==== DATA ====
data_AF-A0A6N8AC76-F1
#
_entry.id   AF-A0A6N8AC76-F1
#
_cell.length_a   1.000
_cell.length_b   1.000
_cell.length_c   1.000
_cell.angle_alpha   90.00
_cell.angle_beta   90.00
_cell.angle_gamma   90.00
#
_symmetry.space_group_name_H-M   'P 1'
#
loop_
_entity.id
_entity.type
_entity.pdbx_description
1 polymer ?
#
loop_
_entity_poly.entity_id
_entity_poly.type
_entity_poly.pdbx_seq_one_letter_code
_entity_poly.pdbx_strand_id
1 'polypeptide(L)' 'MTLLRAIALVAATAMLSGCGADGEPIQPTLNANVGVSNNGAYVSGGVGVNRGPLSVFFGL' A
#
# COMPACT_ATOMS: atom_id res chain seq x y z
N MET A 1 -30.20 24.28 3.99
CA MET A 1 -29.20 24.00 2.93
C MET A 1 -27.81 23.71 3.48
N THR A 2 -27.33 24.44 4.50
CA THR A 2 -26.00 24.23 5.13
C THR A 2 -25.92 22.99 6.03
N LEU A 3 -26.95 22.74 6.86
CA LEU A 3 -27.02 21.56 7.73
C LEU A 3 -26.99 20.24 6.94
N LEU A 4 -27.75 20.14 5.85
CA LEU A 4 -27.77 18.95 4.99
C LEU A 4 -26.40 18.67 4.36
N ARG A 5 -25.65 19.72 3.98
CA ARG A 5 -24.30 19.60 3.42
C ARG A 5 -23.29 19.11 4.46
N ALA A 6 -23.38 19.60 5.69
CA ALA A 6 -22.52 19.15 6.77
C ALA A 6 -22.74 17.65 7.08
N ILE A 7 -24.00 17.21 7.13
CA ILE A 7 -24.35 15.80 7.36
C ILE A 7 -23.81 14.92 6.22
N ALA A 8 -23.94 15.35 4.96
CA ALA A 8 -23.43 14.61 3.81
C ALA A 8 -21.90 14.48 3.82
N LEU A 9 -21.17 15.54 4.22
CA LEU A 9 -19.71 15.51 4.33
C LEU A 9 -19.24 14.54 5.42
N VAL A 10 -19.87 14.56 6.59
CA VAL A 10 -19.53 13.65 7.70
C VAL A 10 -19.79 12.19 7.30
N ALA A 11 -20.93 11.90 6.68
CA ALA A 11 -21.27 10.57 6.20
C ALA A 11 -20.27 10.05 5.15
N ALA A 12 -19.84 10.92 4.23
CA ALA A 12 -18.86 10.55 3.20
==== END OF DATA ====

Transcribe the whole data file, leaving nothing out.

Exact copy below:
data_AF-A0A6N8AC76-F1
#
_entry.id   AF-A0A6N8AC76-F1
#
_cell.length_a   1.000
_cell.length_b   1.000
_cell.length_c   1.000
_cell.angle_alpha   90.00
_cell.angle_beta   90.00
_cell.angle_gamma   90.00
#
_symmetry.space_group_name_H-M   'P 1'
#
loop_
_entity.id
_entity.type
_entity.pdbx_description
1 polymer ?
#
loop_
_entity_poly.entity_id
_entity_poly.type
_entity_poly.pdbx_seq_one_letter_code
_entity_poly.pdbx_strand_id
1 'polypeptide(L)' 'MTLLRAIALVAATAMLSGCGADGEPIQPTLNANVGVSNNGAYVSGGVGVNRGPLSVFFGL' A
#
# COMPACT_ATOMS: atom_id res chain seq x y z
N MET A 1 -30.20 24.28 3.99
CA MET A 1 -29.20 24.00 2.93
C MET A 1 -27.81 23.71 3.48
N THR A 2 -27.33 24.44 4.50
CA THR A 2 -26.00 24.23 5.13
C THR A 2 -25.92 22.99 6.03
N LEU A 3 -26.95 22.74 6.86
CA LEU A 3 -27.02 21.56 7.73
C LEU A 3 -26.99 20.24 6.94
N LEU A 4 -27.75 20.14 5.85
CA LEU A 4 -27.77 18.95 4.99
C LEU A 4 -26.40 18.67 4.36
N ARG A 5 -25.65 19.72 3.98
CA ARG A 5 -24.30 19.60 3.42
C ARG A 5 -23.29 19.11 4.46
N ALA A 6 -23.38 19.60 5.69
CA ALA A 6 -22.52 19.15 6.77
C ALA A 6 -22.74 17.65 7.08
N ILE A 7 -24.00 17.21 7.13
CA ILE A 7 -24.35 15.80 7.36
C ILE A 7 -23.81 14.92 6.22
N ALA A 8 -23.94 15.35 4.96
CA ALA A 8 -23.43 14.61 3.81
C ALA A 8 -21.90 14.48 3.82
N LEU A 9 -21.17 15.54 4.22
CA LEU A 9 -19.71 15.51 4.33
C LEU A 9 -19.24 14.54 5.42
N VAL A 10 -19.87 14.56 6.59
CA VAL A 10 -19.53 13.65 7.70
C VAL A 10 -19.79 12.19 7.30
N ALA A 11 -20.93 11.90 6.68
CA ALA A 11 -21.27 10.57 6.20
C ALA A 11 -20.27 10.05 5.15
N ALA A 12 -19.84 10.92 4.23
CA ALA A 12 -18.86 10.55 3.20